Single mom loses thousands in call display 'spoofing' scam days before Christmas
TORONTO -- A Toronto woman was scammed of $3,000 just days before Christmas after receiving phone calls from people identifying themselves as officials with Service Canada and Toronto police.
Linda Karounos told CTV News Toronto that she received a phone call on Monday from someone claiming to be an officer at Service Canada. That person knew her social insurance number and told her dozens of bank accounts had been opened in her name. The officer then claimed police were looking at arresting her in the next 90 minutes.
The person on the phone said a police officer would be in touch.
Karounos then received a second phone call—the caller display showed “Toronto Police Service 14 division.” The person on the other line of the phone identified themselves as a police officer and asked Karounos questions about her actual banking practices.
“He says, ‘I believe you. In order to protect you, we are going to freeze your bank account’. He says ‘you must immediately go down to the bank and take some cash out of your Visa account’,” Karounos said.
Karounos then went to her bank and took out a $3,000 cash advance.
She said the person stayed on the phone with her and told her to go to a store on Wellington Street to deposit the money into a Bitcoin machine.
It wasn’t until she looked at the receipt, she said she realized she was a victim.
“Because it was the police, I really really felt that I had to cooperate, and it was really really important to do what they tell you, because you’re supposed to do what you're told,” she said.
"It’s been awful the last little bit. I know I’ve lost all this money. I’m literally working for free,” said Karounos.
Karounos is a single mother who works 12 hours a day, five days a week preparing food and washing dishes at a downtown restaurant.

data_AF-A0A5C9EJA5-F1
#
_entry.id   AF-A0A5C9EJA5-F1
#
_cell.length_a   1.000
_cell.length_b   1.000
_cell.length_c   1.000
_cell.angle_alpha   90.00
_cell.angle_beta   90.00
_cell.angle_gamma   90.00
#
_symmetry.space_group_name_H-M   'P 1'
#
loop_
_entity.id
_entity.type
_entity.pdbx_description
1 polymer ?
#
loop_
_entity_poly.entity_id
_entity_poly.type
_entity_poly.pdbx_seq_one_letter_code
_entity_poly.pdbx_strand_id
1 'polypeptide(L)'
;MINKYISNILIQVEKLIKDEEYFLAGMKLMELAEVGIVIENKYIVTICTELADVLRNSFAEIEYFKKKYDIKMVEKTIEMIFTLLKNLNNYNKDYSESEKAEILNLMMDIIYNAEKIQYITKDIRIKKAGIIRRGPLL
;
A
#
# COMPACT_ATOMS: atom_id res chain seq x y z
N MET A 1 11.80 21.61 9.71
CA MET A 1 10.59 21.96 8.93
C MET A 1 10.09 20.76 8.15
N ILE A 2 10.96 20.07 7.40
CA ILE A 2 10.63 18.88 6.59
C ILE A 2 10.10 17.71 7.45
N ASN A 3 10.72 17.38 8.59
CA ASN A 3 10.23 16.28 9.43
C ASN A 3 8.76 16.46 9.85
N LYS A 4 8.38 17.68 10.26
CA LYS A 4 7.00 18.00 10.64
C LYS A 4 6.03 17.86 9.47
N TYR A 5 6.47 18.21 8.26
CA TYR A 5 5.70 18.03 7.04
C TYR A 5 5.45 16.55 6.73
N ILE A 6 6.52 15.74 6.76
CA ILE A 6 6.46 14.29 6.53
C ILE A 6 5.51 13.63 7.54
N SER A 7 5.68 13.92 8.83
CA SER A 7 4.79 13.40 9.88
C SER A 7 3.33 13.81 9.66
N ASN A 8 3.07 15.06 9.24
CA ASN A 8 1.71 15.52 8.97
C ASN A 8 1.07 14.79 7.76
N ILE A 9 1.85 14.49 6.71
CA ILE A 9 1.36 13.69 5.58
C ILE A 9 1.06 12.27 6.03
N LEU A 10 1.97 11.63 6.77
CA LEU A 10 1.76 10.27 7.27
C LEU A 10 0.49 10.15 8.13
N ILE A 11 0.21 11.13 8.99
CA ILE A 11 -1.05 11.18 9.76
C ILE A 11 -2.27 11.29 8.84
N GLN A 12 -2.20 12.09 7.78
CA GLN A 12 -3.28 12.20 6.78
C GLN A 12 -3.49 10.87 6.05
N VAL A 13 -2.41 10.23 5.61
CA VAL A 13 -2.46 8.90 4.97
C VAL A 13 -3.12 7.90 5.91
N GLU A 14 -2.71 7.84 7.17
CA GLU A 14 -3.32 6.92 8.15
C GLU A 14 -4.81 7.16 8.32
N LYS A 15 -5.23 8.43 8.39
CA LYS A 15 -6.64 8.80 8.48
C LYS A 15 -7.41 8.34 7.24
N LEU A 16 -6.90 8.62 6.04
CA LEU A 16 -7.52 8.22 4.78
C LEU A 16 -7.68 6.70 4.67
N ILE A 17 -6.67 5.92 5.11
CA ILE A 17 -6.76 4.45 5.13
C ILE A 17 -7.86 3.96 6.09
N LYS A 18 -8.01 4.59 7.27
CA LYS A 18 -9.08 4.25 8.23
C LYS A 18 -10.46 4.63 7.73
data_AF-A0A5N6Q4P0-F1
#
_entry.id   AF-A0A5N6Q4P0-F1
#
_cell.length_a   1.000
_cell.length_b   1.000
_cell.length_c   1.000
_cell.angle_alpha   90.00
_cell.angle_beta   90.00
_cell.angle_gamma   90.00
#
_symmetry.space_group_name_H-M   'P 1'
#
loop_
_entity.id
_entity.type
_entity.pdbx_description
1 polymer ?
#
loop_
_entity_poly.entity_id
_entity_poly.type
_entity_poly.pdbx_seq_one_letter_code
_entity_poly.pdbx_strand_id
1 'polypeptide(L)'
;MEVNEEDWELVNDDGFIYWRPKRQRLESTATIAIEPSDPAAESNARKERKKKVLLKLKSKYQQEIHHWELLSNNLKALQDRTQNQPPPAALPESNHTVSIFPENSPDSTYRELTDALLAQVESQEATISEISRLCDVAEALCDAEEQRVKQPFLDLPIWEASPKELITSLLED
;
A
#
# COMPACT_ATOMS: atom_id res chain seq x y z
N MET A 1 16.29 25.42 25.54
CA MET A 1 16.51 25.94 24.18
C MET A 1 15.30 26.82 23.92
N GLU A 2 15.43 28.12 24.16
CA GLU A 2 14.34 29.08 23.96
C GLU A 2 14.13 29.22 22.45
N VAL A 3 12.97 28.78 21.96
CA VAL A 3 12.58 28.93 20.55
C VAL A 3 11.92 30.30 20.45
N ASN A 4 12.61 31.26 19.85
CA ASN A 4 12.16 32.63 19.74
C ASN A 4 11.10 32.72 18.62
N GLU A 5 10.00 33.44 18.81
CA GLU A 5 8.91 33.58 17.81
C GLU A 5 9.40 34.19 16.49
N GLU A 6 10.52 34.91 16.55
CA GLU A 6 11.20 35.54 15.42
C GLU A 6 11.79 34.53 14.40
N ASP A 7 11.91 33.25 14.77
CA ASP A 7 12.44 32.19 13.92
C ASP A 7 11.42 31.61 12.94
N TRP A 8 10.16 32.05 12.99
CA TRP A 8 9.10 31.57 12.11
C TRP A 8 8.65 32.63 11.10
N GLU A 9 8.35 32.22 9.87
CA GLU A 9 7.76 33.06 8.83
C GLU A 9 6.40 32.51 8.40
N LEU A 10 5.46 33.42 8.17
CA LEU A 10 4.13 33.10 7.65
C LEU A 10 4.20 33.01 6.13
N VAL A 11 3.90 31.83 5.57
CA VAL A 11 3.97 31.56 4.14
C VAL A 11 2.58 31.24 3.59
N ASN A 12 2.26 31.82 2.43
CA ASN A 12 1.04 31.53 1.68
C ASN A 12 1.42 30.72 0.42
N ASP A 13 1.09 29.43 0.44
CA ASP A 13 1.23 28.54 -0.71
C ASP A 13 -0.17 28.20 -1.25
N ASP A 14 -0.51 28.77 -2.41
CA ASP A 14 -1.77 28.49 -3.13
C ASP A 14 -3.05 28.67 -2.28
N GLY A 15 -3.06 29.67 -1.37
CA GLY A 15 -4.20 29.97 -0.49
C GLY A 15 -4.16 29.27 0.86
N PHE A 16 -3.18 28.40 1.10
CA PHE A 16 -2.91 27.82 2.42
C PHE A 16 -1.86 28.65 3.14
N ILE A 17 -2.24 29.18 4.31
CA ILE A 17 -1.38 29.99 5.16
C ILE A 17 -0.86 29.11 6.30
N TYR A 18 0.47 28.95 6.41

“I don’t make that much money in a month, so it’s like doing this (work) for like a month, a month and a half, for nothing,” Karounos told CTV News Toronto Thursday.
“I have to try and make money for rent at the end of the month, and you know what rent is like in Toronto.”
Karounos' family has set up a GoFundMe campaign to help raise the funds she lost in the scam.
Toronto police looking into report of fraud
Toronto police said they have launched an investigation into a report of fraud.
“This fraud was similar to others where a call display had been spoofed to make the receiver believe the caller is legitimate,” said Const. Victor Kwong in a statement.
“Call display spoofing has become very easy … we have heard of government agencies and police departments displayed.”
Police said that if you believe a call is fraudulent or if you question the authenticity, hang up. Then wait for the line to completely disconnect and call the company or organization with a number you know is legitimate.
“Remember that no police service will make demands over a phone to transfer money. A real government agent would never take offence to someone asking to confirm the legitimacy of their call,” said Kwong.
Where did Karounos' money go?
The money that Karounos deposited was transferred into another Bitcoin account less than three hours later.
Online records show more than $170,000 USD has been transferred into the second account in just over two weeks, with most of the money transferred yet again to other accounts.
Other tips to protect yourself
Toronto police say people should never give out any personal information, including identification numbers, passwords or financial information. They also ask victims to report incidents fraud to police and the Canadian Anti-Fraud Centre.